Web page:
Saw it all the time when I sold auto parts for 7 years… customer buys new alternator (not knowing that the battery was at fault), fails to replace failed battery, or properly charge good one that was discharged… comes back the next day or two because the new alternator I sold him crapped out. Gee, I wonder why?

Also, never disconnect battery terminals while vehicle is running as a test for anything. That means squat on any car built in the last 30 years. Plus, it may cause a voltage feedback that shorts out your ECM. Whether or not it stalls is not an indicator of anything other than your own ignorance about how modern vehicle charging systems work.

Throw the old battery out (take to recycling or return for core exchange).

Great post, Thanks!

So you should keep an eye on the battery voltage to avoid a hefty bill (battery + alternator + dealer hours)?

So that explains why the engine just stalled when I started the aircon with the old battery :open_mouth: . I always thought that the alternator was enough to supply all the current/voltage of the car even without a battery and that you could start a car then disconnect the battery and be ok driving without a battery…

Yes, keep an eye on batt voltage and also note for any changes when you turn on multiple accessories. Sometimes an alternator will output good voltage, but cant handle the current requirements of the load put onto it. You’ll see voltage drops, headlights will dim, weak radio output, on newer cars the tachometer or electric speedometer will start to go nuts, even an MIL (check engine light) can and often does illuminate.

So even if the voltage is good, you still need to be cognizant that other things may indicate a failing alternator. A failing alternator won’t always necessarily kill a healthy battery, but the opposite is certainly true. A failing battery can and will kill what used to be a healthy alternator (given the circumstances I’ve already outlined).


Back in the 1970’s and earlier, if it were equipped with a generator instead of an alternator, you would have been correct. Sometimes you still see this in older farm equipment.

The alternator itself cannot produce more than a few volts, and it does so based on the given input voltage (the voltage regulator handles this). It’s similar in ignition coils as well. They have a primary and secondary winding. The primary receives vehicle voltage as an input, 12-14v, and then steps it up like a step-up transformer in an old CRT tv to higher voltage, normally 15-30,000 volts, inside the secondary windings… this is what eventually is transmitted to the spark plug to ignite the air/fuel mix.

Assuming the vehicle does not stall/turn off when you disconnect the battery while it’s running (some cars do this intentionally, the ECM notes the massive drop in voltage and powers everything off to protect itself), the vehicle may only stay running at lower rpm when the ignition requirements are low (note what I said about how the ignition coil works. If the voltage is now only 20% of nominal on the primary side, no way you’ll get enough output voltage on the secondary side to fire the spark plug, resulting in a stalled engine).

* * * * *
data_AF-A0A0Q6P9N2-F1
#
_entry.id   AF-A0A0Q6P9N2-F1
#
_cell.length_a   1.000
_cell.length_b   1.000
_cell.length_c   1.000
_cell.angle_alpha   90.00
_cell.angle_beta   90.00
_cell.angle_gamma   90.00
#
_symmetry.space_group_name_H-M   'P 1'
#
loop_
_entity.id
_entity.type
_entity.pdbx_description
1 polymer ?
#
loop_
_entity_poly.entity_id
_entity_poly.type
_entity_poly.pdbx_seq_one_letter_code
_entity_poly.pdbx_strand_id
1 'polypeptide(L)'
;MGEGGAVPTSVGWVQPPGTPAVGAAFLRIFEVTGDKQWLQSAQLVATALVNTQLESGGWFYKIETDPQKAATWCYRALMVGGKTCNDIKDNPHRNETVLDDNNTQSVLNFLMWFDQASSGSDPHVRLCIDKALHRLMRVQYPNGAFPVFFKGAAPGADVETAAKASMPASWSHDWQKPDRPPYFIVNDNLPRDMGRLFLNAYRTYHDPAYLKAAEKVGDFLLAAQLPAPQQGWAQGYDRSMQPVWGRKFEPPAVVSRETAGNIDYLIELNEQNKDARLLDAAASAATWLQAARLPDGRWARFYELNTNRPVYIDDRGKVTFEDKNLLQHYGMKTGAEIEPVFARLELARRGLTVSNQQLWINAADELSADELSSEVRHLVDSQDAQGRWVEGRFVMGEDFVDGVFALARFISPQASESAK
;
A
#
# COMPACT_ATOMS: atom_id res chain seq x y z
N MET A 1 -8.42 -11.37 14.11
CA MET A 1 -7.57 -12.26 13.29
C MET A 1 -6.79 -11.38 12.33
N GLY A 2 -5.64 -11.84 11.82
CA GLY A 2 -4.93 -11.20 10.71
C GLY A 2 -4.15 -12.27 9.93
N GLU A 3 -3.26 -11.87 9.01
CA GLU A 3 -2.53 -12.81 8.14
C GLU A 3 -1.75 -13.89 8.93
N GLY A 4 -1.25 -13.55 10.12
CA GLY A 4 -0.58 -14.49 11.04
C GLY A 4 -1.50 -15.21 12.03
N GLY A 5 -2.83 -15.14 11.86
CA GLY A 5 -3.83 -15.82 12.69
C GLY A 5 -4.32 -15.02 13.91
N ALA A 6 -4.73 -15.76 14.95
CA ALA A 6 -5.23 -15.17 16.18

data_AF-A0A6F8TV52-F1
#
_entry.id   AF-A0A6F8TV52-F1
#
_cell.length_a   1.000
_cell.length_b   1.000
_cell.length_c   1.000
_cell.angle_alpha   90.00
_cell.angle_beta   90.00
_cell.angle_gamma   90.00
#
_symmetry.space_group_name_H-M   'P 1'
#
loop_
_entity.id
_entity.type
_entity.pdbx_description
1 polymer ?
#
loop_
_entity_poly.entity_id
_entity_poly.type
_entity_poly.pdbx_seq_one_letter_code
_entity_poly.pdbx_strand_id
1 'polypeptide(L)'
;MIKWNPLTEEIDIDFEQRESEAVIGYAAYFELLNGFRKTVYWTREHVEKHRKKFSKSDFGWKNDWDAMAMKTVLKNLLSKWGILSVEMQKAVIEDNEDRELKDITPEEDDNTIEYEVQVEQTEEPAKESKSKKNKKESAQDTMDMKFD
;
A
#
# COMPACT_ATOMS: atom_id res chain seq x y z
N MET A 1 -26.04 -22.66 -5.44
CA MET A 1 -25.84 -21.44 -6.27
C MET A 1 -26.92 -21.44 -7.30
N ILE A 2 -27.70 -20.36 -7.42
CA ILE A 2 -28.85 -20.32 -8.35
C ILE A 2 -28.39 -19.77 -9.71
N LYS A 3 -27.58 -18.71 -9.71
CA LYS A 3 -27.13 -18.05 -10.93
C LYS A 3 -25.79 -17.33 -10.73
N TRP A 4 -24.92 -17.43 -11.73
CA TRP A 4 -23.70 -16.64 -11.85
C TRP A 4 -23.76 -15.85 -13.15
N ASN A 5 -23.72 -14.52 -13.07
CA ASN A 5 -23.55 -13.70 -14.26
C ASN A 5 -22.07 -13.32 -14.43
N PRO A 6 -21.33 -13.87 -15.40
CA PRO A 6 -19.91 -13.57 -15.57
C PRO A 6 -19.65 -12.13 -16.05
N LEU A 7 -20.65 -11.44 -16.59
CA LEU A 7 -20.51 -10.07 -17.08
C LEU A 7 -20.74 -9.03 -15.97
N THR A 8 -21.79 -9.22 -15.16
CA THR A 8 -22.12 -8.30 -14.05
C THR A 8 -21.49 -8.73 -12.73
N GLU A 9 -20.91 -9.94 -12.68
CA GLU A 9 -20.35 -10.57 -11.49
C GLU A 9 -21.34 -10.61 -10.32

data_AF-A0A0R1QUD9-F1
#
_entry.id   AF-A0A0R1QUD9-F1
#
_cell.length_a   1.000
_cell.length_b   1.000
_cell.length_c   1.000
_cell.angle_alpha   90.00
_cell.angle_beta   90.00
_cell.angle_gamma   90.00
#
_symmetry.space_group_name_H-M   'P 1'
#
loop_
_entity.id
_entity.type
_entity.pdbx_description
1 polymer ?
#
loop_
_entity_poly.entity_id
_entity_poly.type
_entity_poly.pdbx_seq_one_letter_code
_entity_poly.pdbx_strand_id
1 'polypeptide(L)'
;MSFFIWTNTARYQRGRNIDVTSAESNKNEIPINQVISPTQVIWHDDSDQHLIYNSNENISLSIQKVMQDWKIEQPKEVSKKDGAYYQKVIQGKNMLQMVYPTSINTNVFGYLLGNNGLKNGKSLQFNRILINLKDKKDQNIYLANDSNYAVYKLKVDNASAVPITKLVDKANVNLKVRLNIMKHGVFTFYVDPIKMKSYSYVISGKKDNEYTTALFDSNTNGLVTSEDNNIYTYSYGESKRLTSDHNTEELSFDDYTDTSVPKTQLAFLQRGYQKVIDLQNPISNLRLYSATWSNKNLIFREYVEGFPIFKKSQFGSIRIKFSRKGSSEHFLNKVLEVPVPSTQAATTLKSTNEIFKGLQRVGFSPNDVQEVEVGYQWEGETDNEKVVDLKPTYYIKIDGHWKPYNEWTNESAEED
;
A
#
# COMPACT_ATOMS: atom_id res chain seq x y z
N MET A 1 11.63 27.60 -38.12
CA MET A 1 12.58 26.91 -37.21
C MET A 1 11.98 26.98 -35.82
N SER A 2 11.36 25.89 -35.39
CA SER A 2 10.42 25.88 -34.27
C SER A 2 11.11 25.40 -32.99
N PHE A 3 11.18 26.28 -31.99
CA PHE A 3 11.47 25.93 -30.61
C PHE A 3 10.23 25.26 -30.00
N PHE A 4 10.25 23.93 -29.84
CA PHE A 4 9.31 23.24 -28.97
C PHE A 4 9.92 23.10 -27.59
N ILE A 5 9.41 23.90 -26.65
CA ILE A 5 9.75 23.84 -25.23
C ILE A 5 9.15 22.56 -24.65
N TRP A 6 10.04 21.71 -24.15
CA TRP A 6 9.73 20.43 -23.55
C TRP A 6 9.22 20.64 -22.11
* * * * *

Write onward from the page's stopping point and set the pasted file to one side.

So as soon as you turn on any additional accessories or put an electrical load on the system, the alternator cannot sustain this, and as you saw, will stall due to insufficient power (both voltage and current).

I once watched a guy not listen to this information, thought he could “test” his alternator on his 2000’s Chevy Cavalier by yanking the battery cable while it was running. It stalled of course, but also experienced a voltage feedback surge that shorted out all of the electronics, and then proceeded to ignite something on fire. Engine bay burned to ashes in the parking lot of the parts store.

I opted not to use my typical super-cynical reply and say “I told you so…” But he deserved it, nonetheless.

Not since 1983 on US cars and much earlier on European cars . Even though some cars stayed running there was always the risk of damage to the alternator or or on-board emission controls (ie - computers).

Even if a battery seems to be good it should still be discarded every two to three years in warm climates (depending on garage or no garage). I believe it is 5 years in the cold climates but Jason will know better than I about that (I left that stuff almost 30 years ago ). My analogy that I used to give customers was to think about meat. Cold preserves and heat spoils.

By the time one realizes a battery is getting weak there is already risk to the alternator. Another unknown is that an automotive battery gets severely damaged every time it falls below 80%. After a few times that battery must replaced.

so basically what you are saying is that I should baby-sit that damn battery and charge it with an external charger when I see that it is falling below 80% charge… :~
why is it that this is the first time i see this? it should have been common knowledge for every car owner…

but thanks guys, I have learned a lot about my car today.

To further what Jason is saying....A good rule of thumb is:

Bad battery = New battery and possibly new alternator when warm weather arrives

Bad Alternator = New alternator AND new battery

When alternators can now cost a person $500 - $600 for parts and labor (often even more) the battery is not worth keeping around. You never know until the vehicle will not start and that is always when you need to go somewhere.